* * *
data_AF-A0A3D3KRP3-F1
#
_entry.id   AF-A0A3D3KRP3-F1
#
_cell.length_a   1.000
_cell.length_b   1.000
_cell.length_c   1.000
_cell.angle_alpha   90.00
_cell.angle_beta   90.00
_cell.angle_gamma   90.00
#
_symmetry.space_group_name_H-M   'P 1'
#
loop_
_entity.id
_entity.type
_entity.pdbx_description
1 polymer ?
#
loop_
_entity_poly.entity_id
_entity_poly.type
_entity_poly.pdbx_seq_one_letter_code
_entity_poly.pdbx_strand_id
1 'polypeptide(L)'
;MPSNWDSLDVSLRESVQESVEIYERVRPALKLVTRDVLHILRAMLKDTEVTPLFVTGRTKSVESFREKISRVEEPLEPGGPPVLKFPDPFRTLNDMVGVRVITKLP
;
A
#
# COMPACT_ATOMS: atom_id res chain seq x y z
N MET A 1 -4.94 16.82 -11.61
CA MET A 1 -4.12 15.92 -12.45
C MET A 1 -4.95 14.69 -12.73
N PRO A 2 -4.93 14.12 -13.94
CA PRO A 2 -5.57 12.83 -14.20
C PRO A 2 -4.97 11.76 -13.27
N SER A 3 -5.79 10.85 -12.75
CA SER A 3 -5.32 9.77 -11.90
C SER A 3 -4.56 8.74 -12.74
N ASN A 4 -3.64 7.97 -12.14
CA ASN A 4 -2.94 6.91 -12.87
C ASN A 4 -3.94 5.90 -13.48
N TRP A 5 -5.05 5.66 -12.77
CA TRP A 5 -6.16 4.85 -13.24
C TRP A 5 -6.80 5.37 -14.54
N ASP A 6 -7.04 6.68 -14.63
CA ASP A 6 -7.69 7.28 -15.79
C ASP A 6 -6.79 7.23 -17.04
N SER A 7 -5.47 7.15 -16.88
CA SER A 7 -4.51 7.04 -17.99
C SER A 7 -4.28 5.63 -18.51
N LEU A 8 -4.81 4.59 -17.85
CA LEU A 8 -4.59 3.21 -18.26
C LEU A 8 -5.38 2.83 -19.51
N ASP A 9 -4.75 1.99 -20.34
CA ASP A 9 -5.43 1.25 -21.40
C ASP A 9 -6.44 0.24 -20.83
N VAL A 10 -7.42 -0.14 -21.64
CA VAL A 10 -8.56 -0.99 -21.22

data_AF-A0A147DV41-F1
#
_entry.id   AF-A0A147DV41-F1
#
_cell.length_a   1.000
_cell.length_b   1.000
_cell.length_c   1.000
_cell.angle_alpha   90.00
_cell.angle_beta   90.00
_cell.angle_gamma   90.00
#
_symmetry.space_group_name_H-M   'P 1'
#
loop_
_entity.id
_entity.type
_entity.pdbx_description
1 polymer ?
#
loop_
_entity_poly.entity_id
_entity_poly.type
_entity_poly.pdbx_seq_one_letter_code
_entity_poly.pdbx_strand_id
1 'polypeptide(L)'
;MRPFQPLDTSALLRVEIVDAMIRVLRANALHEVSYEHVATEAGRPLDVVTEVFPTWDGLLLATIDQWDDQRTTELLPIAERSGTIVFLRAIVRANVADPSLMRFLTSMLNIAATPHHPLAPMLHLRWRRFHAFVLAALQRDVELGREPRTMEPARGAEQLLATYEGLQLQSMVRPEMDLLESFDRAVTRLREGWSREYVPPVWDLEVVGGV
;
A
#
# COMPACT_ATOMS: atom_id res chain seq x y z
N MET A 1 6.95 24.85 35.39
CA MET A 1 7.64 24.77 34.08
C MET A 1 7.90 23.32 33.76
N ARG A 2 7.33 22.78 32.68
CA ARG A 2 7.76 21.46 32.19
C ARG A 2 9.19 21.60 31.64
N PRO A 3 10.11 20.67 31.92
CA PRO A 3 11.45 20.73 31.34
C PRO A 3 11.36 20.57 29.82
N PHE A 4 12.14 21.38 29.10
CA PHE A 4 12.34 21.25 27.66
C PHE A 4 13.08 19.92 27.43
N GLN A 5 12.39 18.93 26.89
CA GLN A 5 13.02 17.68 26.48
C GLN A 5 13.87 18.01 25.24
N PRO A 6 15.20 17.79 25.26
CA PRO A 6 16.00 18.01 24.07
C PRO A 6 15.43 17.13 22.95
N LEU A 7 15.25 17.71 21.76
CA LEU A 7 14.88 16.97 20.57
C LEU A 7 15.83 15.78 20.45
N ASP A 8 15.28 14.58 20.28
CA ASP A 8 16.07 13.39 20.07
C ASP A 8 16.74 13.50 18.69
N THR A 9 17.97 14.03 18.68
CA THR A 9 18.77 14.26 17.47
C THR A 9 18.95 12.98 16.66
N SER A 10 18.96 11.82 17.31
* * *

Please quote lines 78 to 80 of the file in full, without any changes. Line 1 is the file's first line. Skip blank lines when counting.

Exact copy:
#
loop_
_entity_poly.entity_id